The Great Internet Cookie Crumble leaves behind risky morsels

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Thanks to the humble cookie, our favorite websites can remember us, greeting our return visits like a conscientious barista. But thanks to these tiny files, some serious privacy abuses have occurred. Cookies will disappear this year, though the problem may be a solved one.

Invented 30 years ago by a 23-year-old Netscape engineer, the cookie was initially intended to act as an identifier so users didn't have to keep logging in. However, it has long been chosen by the advertising industry. As a way to snoop on what users are doing. Loading even the most basic web page these days means dozens of tracking cookies are being silently placed on your computer. Suddenly, a quick search for a one-off purchase can spark a frenzy, with every website co-ordinated in its determination to serve up your newfound passion for collecting mattresses or whatever.

Efforts to curb this tracking — notably Europe's General Data Protection Regulation — have worsened the browsing experience. I could be unconscious and still click “Accept All” instinctively.

The good news is that cookies are gone. But privacy isn't coming back, parts of the web may become even less user-friendly, and Google seems poised to gain more control.

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Last month, Google withdrew 1% of Chrome users and disabled third-party cookies as a test, with plans to do the same for all users in the third quarter of this year, pending approval from regulators. Third-party cookies are those placed on your computer by companies unrelated to the website you're visiting — often (though not exclusively) for the purpose of tracking your browsing to deliver more relevant ads. It's a win-win, but privacy advocates argue it's a gross intrusion used to collect intimate details like visits to medical websites and sell them to the highest bidder. (First-party cookies, which are used to remember that users are logged in, are not affected by Google's changes.)

Apple and Mozilla have already taken this step with their Safari and Firefox browsers, respectively, but given Chrome's market share in browser usage — 64% worldwide — marketers are now starting to panic. It is safe in the advertising industry. All are not well managed. I've seen it called the “Great Cookie Crumble”, as well as the “Cookie Apocalypse” and “Cookiegeddon”.

From an advertiser's perspective, or for companies whose business models rely on ad revenue, the panic is understandable. Tracking people on the Internet is about to become more difficult, upending the way many free sites and services position themselves. But the industry adapts, which can have a number of negative knock-on effects.

The end of cookies does not mean that advertisers and data brokers will stop collecting data. A hint of the post-cookie future can be found with Amazon's deal reported Monday with UK-based publisher Reach, owner of several titles, most prominently the tabloid Daily Mirror and OK! magazine Amazon, whose ad business is expected to bring in more than $55 billion in revenue this year, will pay Reach an undisclosed amount to gain access to data about which articles a person reads, using these insights to target ads.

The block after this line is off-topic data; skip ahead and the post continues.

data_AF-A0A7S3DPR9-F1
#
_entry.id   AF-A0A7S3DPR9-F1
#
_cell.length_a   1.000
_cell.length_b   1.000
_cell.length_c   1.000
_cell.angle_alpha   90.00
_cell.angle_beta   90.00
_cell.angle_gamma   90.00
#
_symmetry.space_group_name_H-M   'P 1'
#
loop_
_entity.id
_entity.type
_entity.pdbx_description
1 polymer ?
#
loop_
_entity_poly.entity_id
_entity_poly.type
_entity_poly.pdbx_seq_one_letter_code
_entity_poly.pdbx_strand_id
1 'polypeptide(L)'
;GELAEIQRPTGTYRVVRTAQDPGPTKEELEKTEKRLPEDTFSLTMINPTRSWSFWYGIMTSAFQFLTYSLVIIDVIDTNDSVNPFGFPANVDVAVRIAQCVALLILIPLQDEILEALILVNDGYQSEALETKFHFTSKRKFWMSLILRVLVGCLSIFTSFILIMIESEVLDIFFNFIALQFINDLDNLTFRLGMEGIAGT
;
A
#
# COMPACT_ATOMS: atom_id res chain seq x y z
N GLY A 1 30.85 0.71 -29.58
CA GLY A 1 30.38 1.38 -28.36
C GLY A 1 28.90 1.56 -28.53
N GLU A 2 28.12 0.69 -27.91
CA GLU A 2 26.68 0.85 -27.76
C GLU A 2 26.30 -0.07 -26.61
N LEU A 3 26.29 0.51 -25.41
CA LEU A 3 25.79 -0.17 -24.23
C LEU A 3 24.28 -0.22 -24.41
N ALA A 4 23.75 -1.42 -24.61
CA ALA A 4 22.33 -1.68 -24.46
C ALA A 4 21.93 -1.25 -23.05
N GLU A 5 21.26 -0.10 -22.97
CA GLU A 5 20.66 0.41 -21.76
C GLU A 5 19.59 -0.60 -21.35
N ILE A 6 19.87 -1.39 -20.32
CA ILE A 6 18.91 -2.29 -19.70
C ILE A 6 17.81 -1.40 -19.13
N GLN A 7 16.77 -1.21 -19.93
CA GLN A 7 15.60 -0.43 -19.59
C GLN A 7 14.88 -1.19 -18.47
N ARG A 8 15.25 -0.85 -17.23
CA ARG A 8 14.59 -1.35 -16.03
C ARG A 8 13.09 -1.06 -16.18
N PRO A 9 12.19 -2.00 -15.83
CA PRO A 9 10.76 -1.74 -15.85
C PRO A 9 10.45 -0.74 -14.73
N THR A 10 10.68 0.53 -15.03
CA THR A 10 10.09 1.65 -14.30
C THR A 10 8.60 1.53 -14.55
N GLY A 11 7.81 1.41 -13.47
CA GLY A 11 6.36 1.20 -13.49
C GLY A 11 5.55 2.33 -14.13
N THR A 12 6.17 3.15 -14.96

That deal could be the first of many now that advertising companies and publishers know Google, after some dithering, is getting serious about its cookie depreciation plan. Consumers expect a degraded browsing experience as more sites force people to sign up just to read free articles so they can identify and package them for advertising targeting. It threatens to make publishing websites, already some of the most stifling sites on the web, an even deeper user trap. Already loading some of these sites makes the device hot enough to fry an egg – I dread to think what kind of pop-up-ridden mess readers will soon have to see.

Google, for its part, is offering other ways to fill the gaps. Its privacy sandbox is a suite of tools that website builders use to compensate for lost functionality. For example, Google is busy classifying the 50,000 most popular websites (and using machine learning to classify the rest) to guess that a person is interested in broad topics like “football” or “gardening”. This data — stored locally on the person's device — can be used by website owners to run targeted ads.

Privacy rights campaigners such as the Electronic Frontier Foundation have serious doubts about Google's efforts to “reinvent” the cookie and put in place what it sees as equally dangerous solutions. They warn that when cross-referenced, the new tools can reveal more data on a user's browsing habits than a cookie does. “Google, please don't do this,” it concluded.

The concern is justified. While the fall of cookies may seem like a step forward for privacy, think again. This is Google we're talking about. Or, more to the point, it's the Internet. Ads and data are its lifeblood. You're still for sale, and the cookie apocalypse won't change that.

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